Photo/IllutrationA collapsed crane and other debris at the crippled Fukushima No. 1 nuclear power plant after tsunami devastated the area on March 11, 2011 (Provided by Tokyo Electric Power Co.)

The Tokyo District Court on Sept. 5 accepted the written statement of a former Tokyo Electric Power Co. executive who claimed that his boss abruptly postponed tsunami prevention measures at the Fukushima No. 1 nuclear power plant in 2008.

The postponement reportedly occurred almost three years before the plant was engulfed by a tsunami on March 11, 2011, resulting in the most serious nuclear accident since the 1986 Chernobyl disaster.

The statement was made by Kazuhiko Yamashita, former head of TEPCO's center tasked with compiling steps against tsunami at the earthquake countermeasures, to prosecutors from 2012 to 2014. It was read out during the 24th hearing at the court on Sept. 5.

Tsunehisa Katsumata, 78, former TEPCO chairman, former TEPCO Vice President Sakae Muto, 68, and Ichiro Takekuro, 72, former TEPCO vice president, are on trial on charges of professional negligence resulting in death and injury from the 2011 nuclear disaster.

Yamashita's statement, recorded by investigators, supported arguments by lawyers serving as prosecutors that “defendants postponed measures to protect the plant despite having recognized the necessity for such measures.”

To prove negligence, prosecutors are trying to show that the top executives could have predicted the height of the tsunami that swamped the plant.

Defense lawyers have argued that “the nation’s earthquake forecast was not reliable and measures against tsunami had not been decided yet.”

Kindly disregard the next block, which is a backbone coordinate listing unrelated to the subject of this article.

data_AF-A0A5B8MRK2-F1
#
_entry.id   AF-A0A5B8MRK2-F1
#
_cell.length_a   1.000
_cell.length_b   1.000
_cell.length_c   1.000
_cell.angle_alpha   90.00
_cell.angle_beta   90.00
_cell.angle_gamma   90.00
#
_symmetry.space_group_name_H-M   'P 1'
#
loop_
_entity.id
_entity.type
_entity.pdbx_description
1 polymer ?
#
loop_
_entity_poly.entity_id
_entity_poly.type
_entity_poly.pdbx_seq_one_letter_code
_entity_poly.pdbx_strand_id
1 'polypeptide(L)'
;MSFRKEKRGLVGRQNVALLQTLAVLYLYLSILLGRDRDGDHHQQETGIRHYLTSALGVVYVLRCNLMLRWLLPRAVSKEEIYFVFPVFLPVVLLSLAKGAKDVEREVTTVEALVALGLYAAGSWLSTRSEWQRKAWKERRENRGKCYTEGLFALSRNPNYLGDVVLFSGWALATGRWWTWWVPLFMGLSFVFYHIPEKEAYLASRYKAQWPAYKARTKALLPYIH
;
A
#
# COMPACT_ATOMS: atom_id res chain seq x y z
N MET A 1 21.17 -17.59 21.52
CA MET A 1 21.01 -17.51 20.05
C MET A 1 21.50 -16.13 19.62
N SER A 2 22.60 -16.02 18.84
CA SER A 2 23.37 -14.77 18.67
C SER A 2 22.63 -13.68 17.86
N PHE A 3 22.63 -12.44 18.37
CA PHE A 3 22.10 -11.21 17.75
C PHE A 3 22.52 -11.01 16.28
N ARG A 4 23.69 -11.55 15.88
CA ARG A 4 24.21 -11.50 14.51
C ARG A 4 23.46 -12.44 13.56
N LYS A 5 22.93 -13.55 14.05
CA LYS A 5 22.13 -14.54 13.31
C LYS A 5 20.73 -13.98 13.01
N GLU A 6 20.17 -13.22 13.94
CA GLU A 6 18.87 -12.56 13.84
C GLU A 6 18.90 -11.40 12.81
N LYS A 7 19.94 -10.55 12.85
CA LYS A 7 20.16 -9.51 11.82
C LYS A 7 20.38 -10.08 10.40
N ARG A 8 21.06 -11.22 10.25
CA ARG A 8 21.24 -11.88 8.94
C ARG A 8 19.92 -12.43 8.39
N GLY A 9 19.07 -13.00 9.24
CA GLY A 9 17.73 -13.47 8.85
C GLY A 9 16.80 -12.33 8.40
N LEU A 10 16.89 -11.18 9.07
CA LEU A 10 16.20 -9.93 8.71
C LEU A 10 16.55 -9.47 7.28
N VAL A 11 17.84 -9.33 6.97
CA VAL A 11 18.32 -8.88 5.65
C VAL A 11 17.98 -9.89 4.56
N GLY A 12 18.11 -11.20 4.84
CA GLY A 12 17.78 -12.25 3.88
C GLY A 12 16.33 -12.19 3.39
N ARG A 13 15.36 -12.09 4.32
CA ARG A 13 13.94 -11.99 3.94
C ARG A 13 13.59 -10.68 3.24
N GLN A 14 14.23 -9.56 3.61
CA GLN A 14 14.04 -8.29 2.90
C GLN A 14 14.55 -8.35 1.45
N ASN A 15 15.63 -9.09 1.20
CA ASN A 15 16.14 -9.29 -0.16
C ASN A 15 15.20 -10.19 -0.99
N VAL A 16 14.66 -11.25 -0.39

According to Yamashita's statement, the three executives approved the implementation of anti-tsunami prevention measures based on earthquake forecast issued by the government professional body but later put off the enforcement of the measures at the plant.

Yamashita was originally scheduled to provide sworn testimony. Instead, Presiding Judge Kenichi Nagabuchi accepted Yamashita’s statement, saying, “(Yamashita) is not in a condition able to testify at the court.”

The statement said TEPCO initially considered options based on a long-term assessment of the probability of major earthquakes released by the science ministry’s Headquarters for Earthquake Research Promotion in 2002.

The utility estimated that a tsunami more than 7.7 meters high could hit its Fukushima No. 1 nuclear power plant based on its trial calculation.

In February 2008, when Yamashita proposed the tsunami measures in light of a long-term tsunami risk assessment during a meeting in which Katsumata and two other executives attended, the policy was accepted without opposition and was also adopted at a managing directors' meeting the following month.

Based on Muto's instructions, the team had mulled procedures on obtaining a permit to build a seawall to protect the Fukushima No. 1 plant, according to a TEPCO employee who testified at an April hearing.

However, when a TEPCO subsidiary conducted a detailed study on the maximum height of a tsunami on the basis of the assessment, it found in March the same year that a tsunami of “a maximum 15.7 meters” could engulf the Fukushima plant, surpassing the 10-meter height of the site of the plant where major facilities were located.

The findings were reported to TEPCO executives in June 2008 and then to Muto.

Muto in July 2008 decided to put off measures based on the 15.7-meter estimate, according to the statement.

TEPCO’s policy shift was the result of its “executives’ recognition that such measures require massive construction and would make it difficult for TEPCO to explain to the central government and locals that the plant was still safe, which could lead their demands for halting operations of the plant,” the statement said.

“I was surprised that a TEPCO executive had already revealed the inside details of the entity to such an extent,” said lawyer Yuichi Kaido, who is acting on behalf of the independent judicial panel of citizens who recommended the indictment of the three former TEPCO executives. “(TEPCO’s) extraordinariness that it did nothing because it couldn’t take measures was clearly exposed.”